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The Electric Charge       Connie Dillon 2.18.24

Women are Waterfalls

Available at Yellowstone Art Museum's 60th Annual Auction and Gala. Online and in person bidding is offered. 

Yellowstone Art Auction 2023 - Yellowstone Art Museum


One of Georgia O'Keeffe's recurring subjects was Pedernal Mountain and, whether the main subject or sharing the canvas with a skull or flowers, it represents the landscape she loved. She felt a sense of ownership with this peak in large part due to the sheer number of times she painted it.


This little seasonal waterfall down the road from our house is my Pedernal. Just off Pipeline Road, on a grassy trail and around a bend that throws the cascade into shadows, it is a private find, even if it's the 100th time I have visited it. Like all things dearly loved, it needed a name. I couldn't keep saying, “I'm going to visit the waterfall.” Situated on a road with a long name it seemed fitting to give something small a short name so I call it “Pip,” like the character of Dickens' Great Expectations (which I feel every time I make the 1.5 mile hike to visit), only this Pip is feminine in nature.


I have painted Pip six times. O'Keeffe painted Pedernal countless times. Why do certain subjects motivate us to produce multiple works? Rick Rubin in The Creative Act; A Way of Being states, “If the work doesn't represent who you are and what you're living, how can it hold an electric charge?” We all have places we go that stimulate our senses and allow us to feel as if we're hanging out with a dear friend. We never tire of these places. They provide solace and entertain our senses. Waterfalls, especially, are capable of upping the stimulus ante with their zigzagging flows and surges, the smell of water, forest and dirt, and the rhythmic sound of water propelled down a hill following hard rains or a spring runoff.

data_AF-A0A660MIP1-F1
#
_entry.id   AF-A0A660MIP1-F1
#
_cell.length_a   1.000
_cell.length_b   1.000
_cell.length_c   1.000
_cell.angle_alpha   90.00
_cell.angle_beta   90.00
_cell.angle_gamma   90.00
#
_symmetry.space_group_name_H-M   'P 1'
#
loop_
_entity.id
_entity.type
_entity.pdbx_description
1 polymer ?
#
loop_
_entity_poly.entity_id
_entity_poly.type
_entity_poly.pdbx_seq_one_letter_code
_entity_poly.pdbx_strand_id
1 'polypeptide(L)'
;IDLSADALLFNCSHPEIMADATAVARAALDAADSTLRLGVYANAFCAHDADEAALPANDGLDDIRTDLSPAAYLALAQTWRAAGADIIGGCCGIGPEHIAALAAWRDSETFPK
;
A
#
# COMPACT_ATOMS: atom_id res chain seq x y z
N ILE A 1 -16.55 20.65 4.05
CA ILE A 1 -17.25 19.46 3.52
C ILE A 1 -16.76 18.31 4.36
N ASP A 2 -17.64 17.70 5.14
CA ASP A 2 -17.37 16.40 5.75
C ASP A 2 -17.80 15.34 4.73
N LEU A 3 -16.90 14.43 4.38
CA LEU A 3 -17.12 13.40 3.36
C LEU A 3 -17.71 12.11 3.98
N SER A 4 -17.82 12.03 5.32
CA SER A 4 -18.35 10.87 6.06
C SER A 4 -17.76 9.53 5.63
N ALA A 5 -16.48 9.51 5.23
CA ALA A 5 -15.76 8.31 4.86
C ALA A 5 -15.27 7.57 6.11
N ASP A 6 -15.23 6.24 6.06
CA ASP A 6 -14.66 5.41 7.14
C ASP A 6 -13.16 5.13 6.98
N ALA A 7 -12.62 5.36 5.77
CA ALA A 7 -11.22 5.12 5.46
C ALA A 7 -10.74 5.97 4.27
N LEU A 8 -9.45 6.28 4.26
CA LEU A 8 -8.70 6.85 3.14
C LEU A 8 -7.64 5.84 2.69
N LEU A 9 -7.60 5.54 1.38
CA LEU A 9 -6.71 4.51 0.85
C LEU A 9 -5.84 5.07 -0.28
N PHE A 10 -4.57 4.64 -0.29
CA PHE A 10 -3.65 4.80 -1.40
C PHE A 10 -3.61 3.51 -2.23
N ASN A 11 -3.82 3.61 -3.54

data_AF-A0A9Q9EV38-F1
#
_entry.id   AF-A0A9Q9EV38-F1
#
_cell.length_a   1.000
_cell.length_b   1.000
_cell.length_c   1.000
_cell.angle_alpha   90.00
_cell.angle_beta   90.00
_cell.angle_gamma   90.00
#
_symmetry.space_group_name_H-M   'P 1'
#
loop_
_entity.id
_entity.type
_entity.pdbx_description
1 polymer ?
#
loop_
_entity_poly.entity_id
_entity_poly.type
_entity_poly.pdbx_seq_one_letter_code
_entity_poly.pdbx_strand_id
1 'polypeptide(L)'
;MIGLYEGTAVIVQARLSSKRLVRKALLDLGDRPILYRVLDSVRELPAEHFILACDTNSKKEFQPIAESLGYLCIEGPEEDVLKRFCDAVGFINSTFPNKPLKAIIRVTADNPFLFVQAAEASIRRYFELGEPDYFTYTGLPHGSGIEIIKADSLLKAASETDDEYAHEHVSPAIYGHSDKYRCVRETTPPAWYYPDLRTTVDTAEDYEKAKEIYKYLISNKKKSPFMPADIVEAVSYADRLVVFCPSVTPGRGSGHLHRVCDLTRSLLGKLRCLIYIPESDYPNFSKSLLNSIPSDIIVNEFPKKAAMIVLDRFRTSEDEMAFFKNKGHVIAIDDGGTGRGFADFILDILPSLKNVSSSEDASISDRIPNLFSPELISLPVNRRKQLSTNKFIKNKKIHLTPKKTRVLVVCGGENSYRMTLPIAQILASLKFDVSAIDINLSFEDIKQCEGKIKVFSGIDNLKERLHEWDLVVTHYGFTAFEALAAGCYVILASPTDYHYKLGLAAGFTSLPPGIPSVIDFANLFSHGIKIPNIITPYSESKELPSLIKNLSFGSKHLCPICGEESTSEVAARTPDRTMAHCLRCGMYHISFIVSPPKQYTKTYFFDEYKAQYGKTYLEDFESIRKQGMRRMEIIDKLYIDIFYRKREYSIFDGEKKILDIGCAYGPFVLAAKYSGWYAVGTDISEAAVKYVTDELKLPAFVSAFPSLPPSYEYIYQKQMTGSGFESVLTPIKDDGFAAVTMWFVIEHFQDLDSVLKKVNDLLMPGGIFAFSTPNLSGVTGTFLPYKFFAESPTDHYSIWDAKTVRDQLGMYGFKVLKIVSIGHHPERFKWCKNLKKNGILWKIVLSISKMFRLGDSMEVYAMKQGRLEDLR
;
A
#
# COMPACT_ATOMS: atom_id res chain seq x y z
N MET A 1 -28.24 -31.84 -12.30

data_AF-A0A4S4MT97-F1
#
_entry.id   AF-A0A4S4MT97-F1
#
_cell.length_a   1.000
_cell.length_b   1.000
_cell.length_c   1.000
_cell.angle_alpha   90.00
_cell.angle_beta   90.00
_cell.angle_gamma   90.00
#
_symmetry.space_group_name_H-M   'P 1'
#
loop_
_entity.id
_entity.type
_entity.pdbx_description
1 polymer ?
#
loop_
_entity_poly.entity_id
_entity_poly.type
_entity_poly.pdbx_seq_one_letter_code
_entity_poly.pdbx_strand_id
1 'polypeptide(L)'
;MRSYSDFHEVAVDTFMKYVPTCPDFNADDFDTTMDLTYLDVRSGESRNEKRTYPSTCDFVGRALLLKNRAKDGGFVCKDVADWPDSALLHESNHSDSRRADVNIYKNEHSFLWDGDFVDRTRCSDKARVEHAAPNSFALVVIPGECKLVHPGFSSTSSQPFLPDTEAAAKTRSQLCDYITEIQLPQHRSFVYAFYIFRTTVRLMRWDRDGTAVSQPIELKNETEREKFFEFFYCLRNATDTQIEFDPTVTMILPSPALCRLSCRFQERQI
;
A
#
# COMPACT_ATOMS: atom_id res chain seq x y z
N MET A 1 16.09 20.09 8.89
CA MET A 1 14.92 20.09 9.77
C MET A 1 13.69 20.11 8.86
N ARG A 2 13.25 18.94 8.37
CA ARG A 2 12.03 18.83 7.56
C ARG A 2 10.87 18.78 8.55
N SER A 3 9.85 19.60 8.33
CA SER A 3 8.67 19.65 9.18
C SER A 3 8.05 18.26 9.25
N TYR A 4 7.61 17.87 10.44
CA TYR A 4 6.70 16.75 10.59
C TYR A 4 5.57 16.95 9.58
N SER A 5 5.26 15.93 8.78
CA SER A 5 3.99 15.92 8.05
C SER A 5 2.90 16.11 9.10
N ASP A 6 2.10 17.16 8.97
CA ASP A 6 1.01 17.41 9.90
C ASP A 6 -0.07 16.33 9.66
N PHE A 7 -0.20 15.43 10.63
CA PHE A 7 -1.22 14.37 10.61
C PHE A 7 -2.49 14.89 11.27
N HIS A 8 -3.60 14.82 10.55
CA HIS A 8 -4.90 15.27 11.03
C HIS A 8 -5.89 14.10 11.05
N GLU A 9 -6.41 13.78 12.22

In the winter months Pip becomes a white water torrent, but once the monsoon season ends, she goes dormant. Suddenly this brilliant little display of energy becomes a rocky, fern-lined descending ditch. It was Spring when we moved here, so even though I had thoroughly explored the area I walked past this location without pausing because water wasn't falling.


Which brings me back to why I see Pip as feminine. Water is the breath of our land. It nourishes us and we would be forever dormant without it. It trickles one moment and is a deluge the next with enough force to carve a path through a hillside. It mothers animals, providing them with a cool drink, and the moss and plants along it thrive.


It is the “electric charge” of nature and it bestows the motivation to create. How many landscapes with water—lake, river, ocean, brook or falls--have captivated you, either by sight or in art form? It is a peaceful pleasure and a natural necessity. Artists recognize that deep-seated rush that drives us into the studio again and again and it's that passion for place that provides us the electric charge.

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